Immersive videos, also known as 360 videos, 360 degree videos or spherical videos, are video recordings of a real-world panorama, where the view in every direction is recorded at the same time, shot using an omnidirectional camera or a collection of cameras. During playback the viewer has control of the viewing direction, a form of virtual reality.
There are a few ways to capture 360 degree video. One is placing six GoPros around a specially made rig that can be purchased online or printed on a 3D printer. The individual video files are stitched together using editing software, such as Autopano Video or VideoStitch, and the stitched file is injected with 360 degree metadata from Google.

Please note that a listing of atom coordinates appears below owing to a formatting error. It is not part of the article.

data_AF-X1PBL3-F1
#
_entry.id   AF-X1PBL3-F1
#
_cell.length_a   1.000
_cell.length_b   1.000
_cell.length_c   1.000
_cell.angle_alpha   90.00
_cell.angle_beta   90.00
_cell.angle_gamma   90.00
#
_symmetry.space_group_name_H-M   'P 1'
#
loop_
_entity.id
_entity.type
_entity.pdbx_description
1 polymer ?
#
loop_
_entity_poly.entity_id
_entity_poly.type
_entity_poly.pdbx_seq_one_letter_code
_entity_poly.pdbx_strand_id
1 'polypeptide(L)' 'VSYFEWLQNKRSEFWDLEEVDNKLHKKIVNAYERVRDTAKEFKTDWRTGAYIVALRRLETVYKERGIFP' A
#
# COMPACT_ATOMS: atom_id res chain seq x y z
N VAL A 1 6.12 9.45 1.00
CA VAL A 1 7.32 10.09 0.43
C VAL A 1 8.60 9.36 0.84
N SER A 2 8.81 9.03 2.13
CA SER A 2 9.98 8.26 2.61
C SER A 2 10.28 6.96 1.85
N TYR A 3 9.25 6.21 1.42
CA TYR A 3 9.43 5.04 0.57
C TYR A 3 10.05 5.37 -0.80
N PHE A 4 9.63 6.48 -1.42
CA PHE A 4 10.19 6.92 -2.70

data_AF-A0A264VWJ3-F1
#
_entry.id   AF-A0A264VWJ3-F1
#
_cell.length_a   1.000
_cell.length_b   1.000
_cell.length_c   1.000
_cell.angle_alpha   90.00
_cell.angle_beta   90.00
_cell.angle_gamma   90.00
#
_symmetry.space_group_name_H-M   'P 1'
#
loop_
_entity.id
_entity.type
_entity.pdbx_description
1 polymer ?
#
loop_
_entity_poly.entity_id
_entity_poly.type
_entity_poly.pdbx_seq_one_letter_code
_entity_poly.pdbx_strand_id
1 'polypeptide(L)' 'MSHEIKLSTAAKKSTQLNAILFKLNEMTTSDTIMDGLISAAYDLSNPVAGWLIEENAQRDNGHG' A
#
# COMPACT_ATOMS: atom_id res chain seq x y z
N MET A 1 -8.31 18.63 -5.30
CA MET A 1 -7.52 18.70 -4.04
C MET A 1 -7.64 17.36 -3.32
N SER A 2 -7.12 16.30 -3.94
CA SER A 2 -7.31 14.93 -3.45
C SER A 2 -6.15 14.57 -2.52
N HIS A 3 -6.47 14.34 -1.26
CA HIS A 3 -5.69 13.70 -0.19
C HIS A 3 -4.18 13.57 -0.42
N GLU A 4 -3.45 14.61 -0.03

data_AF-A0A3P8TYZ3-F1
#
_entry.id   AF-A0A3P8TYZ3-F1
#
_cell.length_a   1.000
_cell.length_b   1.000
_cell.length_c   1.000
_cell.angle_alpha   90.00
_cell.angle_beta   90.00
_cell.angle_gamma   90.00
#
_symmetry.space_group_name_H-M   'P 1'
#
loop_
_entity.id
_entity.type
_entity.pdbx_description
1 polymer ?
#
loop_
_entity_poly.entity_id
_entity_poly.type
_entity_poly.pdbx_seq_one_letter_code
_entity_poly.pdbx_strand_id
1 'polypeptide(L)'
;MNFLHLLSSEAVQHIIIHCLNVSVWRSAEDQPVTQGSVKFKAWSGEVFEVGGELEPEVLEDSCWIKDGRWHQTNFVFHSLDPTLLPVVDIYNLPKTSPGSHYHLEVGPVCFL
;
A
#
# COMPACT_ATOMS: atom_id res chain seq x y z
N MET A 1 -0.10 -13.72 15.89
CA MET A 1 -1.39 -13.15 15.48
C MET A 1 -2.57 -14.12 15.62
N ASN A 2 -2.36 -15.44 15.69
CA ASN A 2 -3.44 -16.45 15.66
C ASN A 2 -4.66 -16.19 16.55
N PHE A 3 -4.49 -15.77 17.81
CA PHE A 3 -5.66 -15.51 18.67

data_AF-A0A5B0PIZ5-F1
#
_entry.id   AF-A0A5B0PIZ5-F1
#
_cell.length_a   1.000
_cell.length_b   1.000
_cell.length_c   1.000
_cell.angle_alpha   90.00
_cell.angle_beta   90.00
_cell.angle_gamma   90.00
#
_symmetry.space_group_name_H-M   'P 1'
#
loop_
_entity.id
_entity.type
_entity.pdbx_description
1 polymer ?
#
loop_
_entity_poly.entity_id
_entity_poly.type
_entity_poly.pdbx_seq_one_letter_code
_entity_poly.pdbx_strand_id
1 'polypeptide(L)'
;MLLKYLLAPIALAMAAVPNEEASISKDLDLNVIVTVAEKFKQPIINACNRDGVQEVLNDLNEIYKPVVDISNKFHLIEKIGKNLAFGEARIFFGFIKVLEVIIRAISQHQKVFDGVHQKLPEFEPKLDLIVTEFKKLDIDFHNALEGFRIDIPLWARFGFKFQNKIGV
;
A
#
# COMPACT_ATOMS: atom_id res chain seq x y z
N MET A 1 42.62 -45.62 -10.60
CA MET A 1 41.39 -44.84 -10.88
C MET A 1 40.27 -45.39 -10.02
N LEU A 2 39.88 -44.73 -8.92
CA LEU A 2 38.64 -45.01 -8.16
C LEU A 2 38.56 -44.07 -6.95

There are still some significant issues with 360 degree video. For example, the stitching is not always seamless, and there are other obvious issues such as linear editing.
Generally the only area that cannot be viewed is the view toward the camera support, but there are ways around this in post-production (e.g. ‘patching’ the Nadir with a logo, or using a still shot taken from the same position as the camera rig.
The material is recorded as data that when played back through a software player allows the user control of the viewing direction and playback speed. Control is typically achieved via moving the device (e.g smartphones, Helmet-mounted displays, etc.), whichgyroscope or infrared sensors translate into movement in the video. When viewing from a desktop PC, a mouse or keypad is used for interactivity and playback view is typically 4:3 window on a computer display or projection screen or other presentation device such as a head-mounted display.